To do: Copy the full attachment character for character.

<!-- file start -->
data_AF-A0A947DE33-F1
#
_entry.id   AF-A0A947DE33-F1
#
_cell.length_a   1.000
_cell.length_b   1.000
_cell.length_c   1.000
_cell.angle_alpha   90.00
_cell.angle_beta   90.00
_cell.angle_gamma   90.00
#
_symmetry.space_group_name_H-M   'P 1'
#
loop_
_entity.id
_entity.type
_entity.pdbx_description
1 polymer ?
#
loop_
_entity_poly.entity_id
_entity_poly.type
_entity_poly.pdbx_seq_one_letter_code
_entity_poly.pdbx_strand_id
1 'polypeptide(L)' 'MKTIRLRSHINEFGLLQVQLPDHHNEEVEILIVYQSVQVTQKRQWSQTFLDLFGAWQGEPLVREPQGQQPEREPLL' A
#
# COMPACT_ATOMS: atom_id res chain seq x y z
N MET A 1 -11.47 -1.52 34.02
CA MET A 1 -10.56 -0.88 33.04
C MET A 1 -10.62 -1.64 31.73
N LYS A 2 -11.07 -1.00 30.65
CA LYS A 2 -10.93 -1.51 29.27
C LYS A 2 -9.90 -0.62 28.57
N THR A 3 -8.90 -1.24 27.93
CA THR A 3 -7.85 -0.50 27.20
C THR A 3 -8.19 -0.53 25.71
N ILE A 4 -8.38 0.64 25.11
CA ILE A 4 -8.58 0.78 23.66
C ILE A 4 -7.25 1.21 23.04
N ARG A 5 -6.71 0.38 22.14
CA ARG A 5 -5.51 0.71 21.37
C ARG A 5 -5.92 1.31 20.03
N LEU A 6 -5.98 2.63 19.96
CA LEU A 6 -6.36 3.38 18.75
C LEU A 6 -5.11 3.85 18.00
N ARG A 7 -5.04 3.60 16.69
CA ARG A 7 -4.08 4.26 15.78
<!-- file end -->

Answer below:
data_AF-A0A947DE33-F1
#
_entry.id   AF-A0A947DE33-F1
#
_cell.length_a   1.000
_cell.length_b   1.000
_cell.length_c   1.000
_cell.angle_alpha   90.00
_cell.angle_beta   90.00
_cell.angle_gamma   90.00
#
_symmetry.space_group_name_H-M   'P 1'
#
loop_
_entity.id
_entity.type
_entity.pdbx_description
1 polymer ?
#
loop_
_entity_poly.entity_id
_entity_poly.type
_entity_poly.pdbx_seq_one_letter_code
_entity_poly.pdbx_strand_id
1 'polypeptide(L)' 'MKTIRLRSHINEFGLLQVQLPDHHNEEVEILIVYQSVQVTQKRQWSQTFLDLFGAWQGEPLVREPQGQQPEREPLL' A
#
# COMPACT_ATOMS: atom_id res chain seq x y z
N MET A 1 -11.47 -1.52 34.02
CA MET A 1 -10.56 -0.88 33.04
C MET A 1 -10.62 -1.64 31.73
N LYS A 2 -11.07 -1.00 30.65
CA LYS A 2 -10.93 -1.51 29.27
C LYS A 2 -9.90 -0.62 28.57
N THR A 3 -8.90 -1.24 27.93
CA THR A 3 -7.85 -0.50 27.20
C THR A 3 -8.19 -0.53 25.71
N ILE A 4 -8.38 0.64 25.11
CA ILE A 4 -8.58 0.78 23.66
C ILE A 4 -7.25 1.21 23.04
N ARG A 5 -6.71 0.38 22.14
CA ARG A 5 -5.51 0.71 21.37
C ARG A 5 -5.92 1.31 20.03
N LEU A 6 -5.98 2.63 19.96
CA LEU A 6 -6.36 3.38 18.75
C LEU A 6 -5.11 3.85 18.00
N ARG A 7 -5.04 3.60 16.69
CA ARG A 7 -4.08 4.26 15.78